May 2013

Review: Antiagon Fire by L.E. Modesitt

  • Posted on: 30 May 2013
  • By: Jay Oyster

Cover art of L.E. Modesitt's Antiagon FireReview of Antiagon Fire by L.E. Modesitt. Reviewed on May 30th, 2013. 

Antiagon Fire is the fourth book in L.E.Modesitt's second Imager series. The first series,a trilogy composed of Imager, Imager's Challenge, and Imager's Intrigue were set in a location that is very reminiscent of 1890s Paris. The second series, Scholar, Princeps, Imager's Batallion, Antiagon Fire, and the final book in the second series, Rex Regis, are set many hundreds of years earlier in the same world. If I had to guess at a parallel date, I'd guess at around 1500CE for this second series, since they have cannon, but individual firearms ('muskets') are still rare. But the defining feature of Modesitt's world here is the fact that 'imaging' exists. Imaging is the ability of some rare individuals to call into existence things with their thoughts. As with all Modesitt magic, its use has real and hard limits. The point of the books is almost certainly one of exploring how intangible power such as imaging would impact the politics, government, power struggles, warfare, and personal interactions of a society. By throwing this fantastical element into a world very similar to our own in most other aspects, the author provides a very telling study of human nature and the way that our social structures actually function.

Occasionally, Modesitt's desire to study the effects of his scenario can tend to overwhelm the human story at the center. Both Imager series, on the other hand, have done a pretty fair job of balancing the story with the intellectual introspection by the author. This second series, in particular, and most particularly in this latest book, has done a very good job of providing main characters that you can care about. Quaeryt, the protagonist of the entire second Imager series, has reached a point in his personal and status growth where his long-term goals are become more and more focused. The results of these plans are also becoming more concrete, often in ways that are devastating to everyone who stands in his way. Quaeryt's wife Vaelora here becomes an even more important and evolving character. As usual, the author can write very smart, compelling female characters, which is sometimes not the case in other fantasy fiction.

First Georgia garden

  • Posted on: 26 May 2013
  • By: Jay Oyster

I planted my first Georgia vegetable garden this past week. I turned a small plot just to the east side of our rental house in Roswell, using shovel, spade and garden fork. The soil is clay and dense and looks like it hasn't been disturbed in decades, despite the landlord swearing that she amended it and gardened on it often over recent years. My plot is no more than 6' x 20' in size.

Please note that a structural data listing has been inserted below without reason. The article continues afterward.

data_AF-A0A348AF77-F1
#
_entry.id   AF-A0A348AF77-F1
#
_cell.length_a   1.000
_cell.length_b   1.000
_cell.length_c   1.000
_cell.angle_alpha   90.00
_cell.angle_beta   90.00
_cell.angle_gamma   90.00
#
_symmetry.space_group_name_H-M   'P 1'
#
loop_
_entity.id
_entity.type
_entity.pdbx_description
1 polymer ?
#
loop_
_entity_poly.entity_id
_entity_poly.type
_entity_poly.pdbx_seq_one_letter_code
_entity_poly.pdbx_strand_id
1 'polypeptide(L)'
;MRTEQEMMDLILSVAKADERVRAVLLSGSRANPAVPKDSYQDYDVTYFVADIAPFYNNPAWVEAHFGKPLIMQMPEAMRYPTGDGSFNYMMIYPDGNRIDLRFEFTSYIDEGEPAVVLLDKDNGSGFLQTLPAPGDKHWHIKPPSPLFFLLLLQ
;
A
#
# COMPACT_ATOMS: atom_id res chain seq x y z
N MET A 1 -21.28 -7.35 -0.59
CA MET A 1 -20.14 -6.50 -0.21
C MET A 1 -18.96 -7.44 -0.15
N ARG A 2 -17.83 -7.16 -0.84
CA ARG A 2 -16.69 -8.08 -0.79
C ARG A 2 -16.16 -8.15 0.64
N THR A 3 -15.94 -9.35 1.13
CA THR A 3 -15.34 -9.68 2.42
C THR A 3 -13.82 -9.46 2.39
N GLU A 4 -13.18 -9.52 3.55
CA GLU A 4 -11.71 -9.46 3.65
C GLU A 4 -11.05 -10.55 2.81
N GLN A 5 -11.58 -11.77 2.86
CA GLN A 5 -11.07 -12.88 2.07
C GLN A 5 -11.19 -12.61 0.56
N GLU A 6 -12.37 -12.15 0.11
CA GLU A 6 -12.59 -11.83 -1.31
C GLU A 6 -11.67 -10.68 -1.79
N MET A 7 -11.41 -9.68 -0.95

I planted four tomato plants (beefsteak), six tomato plants, a row of carrots, two rows of green beans, and two rows of corn.  We'll see how this whole southern gardening thing  works out.


Added left and right guides with stop blocks

  • Posted on: 24 May 2013
  • By: Jay Oyster

I made some good progress on the chopsaw station project the last few days. Last night I managed to get guides installed on the left and right wings of the stand, including stop blocks mounted in some T-track I just bought from Rockler. The Rockler track was convenient because I could stop at the Rockler store down on Roswell road on the way home from work to pick it up. But after buying it I noticed that it's made in Taiwan. I'm not sure but I think the Incra tracks are U.S. made.

Finalized all 22 pendants for the show

  • Posted on: 8 May 2013
  • By: Jay Oyster

Pendant 2-06, Teardrop in African mahoganyI put four coats of spray gloss polyurethane to the pendants (with a final 400 grit light sanding before the final coat.) Glued on some stainless bails that Adriana had (Thank you, Baby!) Took some photos so I have a record of what I made now that I'm hoping to sell them this weekend, and if they don't go there, I'll add them to Adri's Etsy store.  I'm proud of the way these turned out. It emphasizes one of the main reasons I woodwork, I love the appearance of the material. I think that wood, when treated well, is more beautiful than cut gemstones. That's the main reason why I do these little pieces. 

Seafan pendant in cherry and sycamore, 2" x 3"